His thought experiment, begun on page 41, draws attention to the rather mundane experience of sitting on a train and recognising that new passengers are boarding. This is used in order to expose the constructivist error, for passengers would have boarded the train whether someone observe them doing so or not. Their boarding remains, in other words, a fact. But this rather routine experience is helpfully used to question another constructivist claim, that “the interpretation of what is to be interpreted (an astronomical image, a literary text, a piano sonata) is much more complex than an everyday scene at the platform station” (44). But he rightly points out that even this – for some – daily experience involves complex and advanced epistemological apparatus, for “[n]o other animal on this planet is in the condition to know that passengers are boarding the train, because no other animal has the concept of trains or passengers” (44).

Philosophers and Physicists

This positions Gabriel to get straight to the point: because the world “has to be divided into domains” (which is what this section of the chapter has sought to defend), we are now in a position to ask what is meant by “the world”. It is, Gabriel claims, neither the totality of things nor the totality of facts; “it is the domain in which all existing domains are found” (45). Gabriel’s thesis is thus simply that all “there is no such thing as the domain of all domains” (45).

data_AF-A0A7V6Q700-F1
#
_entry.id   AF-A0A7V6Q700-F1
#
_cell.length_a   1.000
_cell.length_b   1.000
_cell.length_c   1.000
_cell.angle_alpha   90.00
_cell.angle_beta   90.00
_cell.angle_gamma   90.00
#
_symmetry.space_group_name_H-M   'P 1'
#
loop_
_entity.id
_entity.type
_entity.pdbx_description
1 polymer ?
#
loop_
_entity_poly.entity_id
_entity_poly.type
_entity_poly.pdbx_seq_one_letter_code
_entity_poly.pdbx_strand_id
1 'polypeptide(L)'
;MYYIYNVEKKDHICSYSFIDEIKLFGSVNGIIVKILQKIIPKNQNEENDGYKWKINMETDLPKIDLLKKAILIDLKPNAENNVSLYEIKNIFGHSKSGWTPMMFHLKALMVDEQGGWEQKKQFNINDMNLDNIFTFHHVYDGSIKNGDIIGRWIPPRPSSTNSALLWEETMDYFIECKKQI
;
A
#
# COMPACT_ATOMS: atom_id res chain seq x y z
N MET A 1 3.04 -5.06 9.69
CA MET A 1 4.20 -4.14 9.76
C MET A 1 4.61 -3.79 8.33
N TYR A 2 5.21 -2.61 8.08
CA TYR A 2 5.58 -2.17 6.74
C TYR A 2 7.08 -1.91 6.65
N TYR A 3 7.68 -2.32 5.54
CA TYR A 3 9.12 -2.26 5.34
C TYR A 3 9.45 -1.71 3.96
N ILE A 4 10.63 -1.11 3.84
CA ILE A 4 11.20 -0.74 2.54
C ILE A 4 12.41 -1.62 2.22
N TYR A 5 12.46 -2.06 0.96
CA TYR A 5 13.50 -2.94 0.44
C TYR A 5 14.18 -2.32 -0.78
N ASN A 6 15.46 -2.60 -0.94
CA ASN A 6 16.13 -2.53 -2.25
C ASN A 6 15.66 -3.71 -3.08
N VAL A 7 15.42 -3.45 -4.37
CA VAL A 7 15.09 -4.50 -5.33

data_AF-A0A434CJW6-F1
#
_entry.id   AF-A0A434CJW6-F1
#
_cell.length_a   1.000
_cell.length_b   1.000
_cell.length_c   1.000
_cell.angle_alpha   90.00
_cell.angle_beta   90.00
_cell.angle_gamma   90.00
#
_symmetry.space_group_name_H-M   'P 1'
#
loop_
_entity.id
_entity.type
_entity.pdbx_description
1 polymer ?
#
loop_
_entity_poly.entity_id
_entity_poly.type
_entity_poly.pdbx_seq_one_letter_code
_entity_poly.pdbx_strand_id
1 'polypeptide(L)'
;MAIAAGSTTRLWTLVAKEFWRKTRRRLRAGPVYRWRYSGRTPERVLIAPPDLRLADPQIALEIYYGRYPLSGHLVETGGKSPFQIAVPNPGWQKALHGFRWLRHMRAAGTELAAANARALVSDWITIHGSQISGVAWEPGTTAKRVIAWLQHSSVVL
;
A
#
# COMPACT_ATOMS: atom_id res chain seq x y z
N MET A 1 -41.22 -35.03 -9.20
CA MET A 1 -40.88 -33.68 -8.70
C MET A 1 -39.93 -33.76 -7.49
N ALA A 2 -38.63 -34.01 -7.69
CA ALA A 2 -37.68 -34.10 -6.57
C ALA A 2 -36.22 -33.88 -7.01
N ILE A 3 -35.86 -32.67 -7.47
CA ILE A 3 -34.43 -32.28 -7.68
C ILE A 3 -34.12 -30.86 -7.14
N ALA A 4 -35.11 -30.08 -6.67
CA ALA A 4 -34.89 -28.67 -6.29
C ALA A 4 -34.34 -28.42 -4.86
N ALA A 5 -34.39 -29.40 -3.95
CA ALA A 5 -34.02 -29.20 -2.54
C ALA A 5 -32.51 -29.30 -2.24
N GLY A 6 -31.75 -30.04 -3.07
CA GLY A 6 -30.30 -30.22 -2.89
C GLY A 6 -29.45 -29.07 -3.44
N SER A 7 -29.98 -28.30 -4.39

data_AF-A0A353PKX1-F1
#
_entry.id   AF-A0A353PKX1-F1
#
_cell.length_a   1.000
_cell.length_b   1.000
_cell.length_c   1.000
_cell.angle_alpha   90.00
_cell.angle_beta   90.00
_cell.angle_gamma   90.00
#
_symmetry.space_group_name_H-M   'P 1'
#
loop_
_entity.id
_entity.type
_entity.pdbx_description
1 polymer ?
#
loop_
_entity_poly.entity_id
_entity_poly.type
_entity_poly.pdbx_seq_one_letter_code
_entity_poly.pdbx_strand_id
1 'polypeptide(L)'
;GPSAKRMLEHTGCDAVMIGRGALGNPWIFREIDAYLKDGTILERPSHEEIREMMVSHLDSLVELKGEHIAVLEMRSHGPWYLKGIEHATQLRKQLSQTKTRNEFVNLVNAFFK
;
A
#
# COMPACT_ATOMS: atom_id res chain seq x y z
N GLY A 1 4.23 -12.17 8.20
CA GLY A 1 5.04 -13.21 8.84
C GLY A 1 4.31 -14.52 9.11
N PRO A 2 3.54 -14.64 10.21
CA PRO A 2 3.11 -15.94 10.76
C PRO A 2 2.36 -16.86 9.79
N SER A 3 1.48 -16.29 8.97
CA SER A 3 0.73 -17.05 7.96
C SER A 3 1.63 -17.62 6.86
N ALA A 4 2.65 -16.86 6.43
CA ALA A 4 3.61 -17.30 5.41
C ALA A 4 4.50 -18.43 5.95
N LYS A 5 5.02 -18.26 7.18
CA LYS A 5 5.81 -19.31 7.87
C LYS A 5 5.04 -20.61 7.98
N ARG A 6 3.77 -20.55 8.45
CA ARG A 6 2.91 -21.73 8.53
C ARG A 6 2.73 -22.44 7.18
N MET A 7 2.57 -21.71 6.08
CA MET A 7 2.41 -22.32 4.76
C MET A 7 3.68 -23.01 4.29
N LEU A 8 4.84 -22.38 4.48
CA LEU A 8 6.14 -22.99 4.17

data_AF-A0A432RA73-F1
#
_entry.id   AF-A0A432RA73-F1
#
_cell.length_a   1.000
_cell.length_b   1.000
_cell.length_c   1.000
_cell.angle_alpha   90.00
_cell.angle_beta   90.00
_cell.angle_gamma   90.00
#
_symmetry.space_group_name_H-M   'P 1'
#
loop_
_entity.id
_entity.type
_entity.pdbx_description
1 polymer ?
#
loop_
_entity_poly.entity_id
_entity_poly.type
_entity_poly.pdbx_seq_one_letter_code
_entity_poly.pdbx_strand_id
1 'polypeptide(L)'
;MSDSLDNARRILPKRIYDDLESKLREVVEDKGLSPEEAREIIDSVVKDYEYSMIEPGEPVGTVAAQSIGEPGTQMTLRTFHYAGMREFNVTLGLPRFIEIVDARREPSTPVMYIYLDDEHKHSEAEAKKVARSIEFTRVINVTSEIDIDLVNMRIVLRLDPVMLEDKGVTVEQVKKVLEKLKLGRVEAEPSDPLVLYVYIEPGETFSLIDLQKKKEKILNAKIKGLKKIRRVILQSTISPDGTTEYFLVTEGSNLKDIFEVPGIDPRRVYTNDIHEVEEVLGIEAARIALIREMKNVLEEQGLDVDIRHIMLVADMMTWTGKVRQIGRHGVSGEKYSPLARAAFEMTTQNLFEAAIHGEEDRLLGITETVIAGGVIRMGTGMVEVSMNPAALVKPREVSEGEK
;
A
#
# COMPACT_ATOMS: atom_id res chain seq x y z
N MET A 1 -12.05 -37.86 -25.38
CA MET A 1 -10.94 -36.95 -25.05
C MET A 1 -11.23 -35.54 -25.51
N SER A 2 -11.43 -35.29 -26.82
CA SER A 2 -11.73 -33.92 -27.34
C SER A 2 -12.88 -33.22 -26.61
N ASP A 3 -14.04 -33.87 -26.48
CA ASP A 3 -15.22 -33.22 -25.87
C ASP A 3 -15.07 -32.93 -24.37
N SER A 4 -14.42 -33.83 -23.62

This leads Gabriel to finish chapter one by refuting other accounts of the world, the whole. Stephen Hawking wrongly assumes that “the world” is synonymous with the universe, but this is a position that has already been amply refuted by Gabriel in the introduction. While one might allow such philosophical illiteracy from a scientist, even Jürgen Habermas has succumbed, becoming “overawed” by modern natural science such that he can speak of the world as a “regulative idea” as the “sum total of all that is knowable”, as the “totality of objects” (citing Habermas, 47). But if the world were the totality of objects, facts would not exist! This absurd position is compounded with the realisation that not all facts are knowable, something underscored by Heisenberg’s famous uncertainty principle. There are objects that disappear (or change) whenever one observes them, thus refuting Habermas’s central contention about “the world”. No, the world is rather the domain of all domains (Heidegger).